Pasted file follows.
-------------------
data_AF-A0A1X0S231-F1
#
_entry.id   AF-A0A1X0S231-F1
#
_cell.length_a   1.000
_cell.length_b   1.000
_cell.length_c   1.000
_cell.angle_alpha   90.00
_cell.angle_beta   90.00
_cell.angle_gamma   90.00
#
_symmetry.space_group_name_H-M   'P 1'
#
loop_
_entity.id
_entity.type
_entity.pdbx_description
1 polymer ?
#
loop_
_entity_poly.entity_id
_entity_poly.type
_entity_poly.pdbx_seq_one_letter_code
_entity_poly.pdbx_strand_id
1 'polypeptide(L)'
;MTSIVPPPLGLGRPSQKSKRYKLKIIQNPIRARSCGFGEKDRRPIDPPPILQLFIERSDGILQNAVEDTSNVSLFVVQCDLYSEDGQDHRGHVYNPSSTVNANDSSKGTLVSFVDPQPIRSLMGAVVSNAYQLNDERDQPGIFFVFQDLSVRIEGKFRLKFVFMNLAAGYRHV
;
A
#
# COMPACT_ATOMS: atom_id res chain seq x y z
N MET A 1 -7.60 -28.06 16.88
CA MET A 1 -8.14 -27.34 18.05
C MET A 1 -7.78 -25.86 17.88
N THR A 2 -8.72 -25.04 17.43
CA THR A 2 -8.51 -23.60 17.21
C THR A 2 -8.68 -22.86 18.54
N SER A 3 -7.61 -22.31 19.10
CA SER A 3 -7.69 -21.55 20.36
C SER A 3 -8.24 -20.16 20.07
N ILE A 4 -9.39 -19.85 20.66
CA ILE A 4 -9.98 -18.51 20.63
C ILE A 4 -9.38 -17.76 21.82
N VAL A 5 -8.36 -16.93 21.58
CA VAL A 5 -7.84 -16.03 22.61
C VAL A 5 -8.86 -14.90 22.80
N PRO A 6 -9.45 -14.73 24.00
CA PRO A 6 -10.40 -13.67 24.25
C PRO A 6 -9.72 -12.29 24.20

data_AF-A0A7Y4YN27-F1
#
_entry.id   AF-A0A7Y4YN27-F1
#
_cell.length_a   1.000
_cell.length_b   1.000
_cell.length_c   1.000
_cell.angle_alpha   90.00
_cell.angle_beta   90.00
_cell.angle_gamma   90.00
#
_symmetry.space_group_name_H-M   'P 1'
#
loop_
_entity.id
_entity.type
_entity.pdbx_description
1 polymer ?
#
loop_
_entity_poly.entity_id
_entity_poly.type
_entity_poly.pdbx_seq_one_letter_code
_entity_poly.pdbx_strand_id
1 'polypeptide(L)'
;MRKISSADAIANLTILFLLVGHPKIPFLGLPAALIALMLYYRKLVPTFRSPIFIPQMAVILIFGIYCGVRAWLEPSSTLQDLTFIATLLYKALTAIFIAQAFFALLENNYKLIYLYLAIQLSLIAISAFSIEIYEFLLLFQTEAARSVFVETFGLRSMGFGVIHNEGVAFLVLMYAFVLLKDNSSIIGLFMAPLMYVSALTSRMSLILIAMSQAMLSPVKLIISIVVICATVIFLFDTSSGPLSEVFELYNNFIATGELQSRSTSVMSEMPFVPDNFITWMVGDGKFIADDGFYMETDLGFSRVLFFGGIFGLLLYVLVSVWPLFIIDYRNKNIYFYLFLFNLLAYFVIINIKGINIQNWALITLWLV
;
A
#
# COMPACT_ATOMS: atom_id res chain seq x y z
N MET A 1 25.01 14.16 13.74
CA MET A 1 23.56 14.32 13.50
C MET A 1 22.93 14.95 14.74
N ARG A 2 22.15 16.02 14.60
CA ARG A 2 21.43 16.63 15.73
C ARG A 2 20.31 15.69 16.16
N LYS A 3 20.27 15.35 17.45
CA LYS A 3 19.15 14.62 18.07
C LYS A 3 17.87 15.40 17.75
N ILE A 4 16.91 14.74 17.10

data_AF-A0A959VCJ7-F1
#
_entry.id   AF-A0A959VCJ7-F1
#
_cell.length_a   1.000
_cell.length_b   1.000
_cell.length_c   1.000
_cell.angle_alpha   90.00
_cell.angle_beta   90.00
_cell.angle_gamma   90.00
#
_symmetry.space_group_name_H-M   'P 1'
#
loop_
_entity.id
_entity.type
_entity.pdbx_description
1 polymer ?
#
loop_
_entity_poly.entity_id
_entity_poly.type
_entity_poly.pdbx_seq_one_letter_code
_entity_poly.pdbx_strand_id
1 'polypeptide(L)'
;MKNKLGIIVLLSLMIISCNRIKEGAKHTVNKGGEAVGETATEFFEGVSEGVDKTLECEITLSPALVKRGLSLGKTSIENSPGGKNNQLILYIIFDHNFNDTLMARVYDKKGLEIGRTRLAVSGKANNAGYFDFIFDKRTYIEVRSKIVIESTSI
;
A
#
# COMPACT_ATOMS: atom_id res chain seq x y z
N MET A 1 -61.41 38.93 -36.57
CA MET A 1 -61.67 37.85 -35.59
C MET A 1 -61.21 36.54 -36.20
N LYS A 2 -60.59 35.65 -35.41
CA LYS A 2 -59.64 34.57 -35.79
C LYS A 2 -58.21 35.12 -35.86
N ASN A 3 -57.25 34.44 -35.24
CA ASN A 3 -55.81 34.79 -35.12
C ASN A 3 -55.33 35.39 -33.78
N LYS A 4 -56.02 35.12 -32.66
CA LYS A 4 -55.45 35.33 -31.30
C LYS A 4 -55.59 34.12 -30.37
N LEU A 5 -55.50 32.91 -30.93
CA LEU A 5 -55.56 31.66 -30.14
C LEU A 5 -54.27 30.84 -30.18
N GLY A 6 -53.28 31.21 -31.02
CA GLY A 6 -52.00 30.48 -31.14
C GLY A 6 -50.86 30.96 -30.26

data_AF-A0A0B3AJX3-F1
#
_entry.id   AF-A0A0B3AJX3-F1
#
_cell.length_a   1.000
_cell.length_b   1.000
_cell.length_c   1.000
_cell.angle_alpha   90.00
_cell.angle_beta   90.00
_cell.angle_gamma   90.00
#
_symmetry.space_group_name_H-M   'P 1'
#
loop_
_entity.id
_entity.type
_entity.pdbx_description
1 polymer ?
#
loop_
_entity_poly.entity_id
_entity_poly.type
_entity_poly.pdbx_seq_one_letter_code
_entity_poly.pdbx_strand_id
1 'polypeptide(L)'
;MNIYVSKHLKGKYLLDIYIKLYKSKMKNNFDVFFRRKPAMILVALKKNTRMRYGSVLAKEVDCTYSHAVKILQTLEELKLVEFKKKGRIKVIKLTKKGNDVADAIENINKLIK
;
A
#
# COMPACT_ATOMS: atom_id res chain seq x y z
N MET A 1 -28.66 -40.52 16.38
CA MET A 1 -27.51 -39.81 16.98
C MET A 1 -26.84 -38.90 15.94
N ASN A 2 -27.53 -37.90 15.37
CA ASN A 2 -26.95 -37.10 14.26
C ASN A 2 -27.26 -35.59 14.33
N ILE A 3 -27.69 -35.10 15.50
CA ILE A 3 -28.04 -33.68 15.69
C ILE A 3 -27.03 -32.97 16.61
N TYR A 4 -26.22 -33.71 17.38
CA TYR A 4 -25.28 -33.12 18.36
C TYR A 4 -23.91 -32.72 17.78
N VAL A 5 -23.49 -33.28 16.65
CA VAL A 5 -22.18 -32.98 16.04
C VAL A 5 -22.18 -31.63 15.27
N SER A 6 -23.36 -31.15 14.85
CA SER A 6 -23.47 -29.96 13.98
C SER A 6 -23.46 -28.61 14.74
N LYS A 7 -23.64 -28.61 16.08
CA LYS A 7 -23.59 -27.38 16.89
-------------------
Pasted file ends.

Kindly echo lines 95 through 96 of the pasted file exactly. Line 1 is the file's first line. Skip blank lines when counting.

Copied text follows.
_cell.length_c   1.000
_cell.angle_alpha   90.00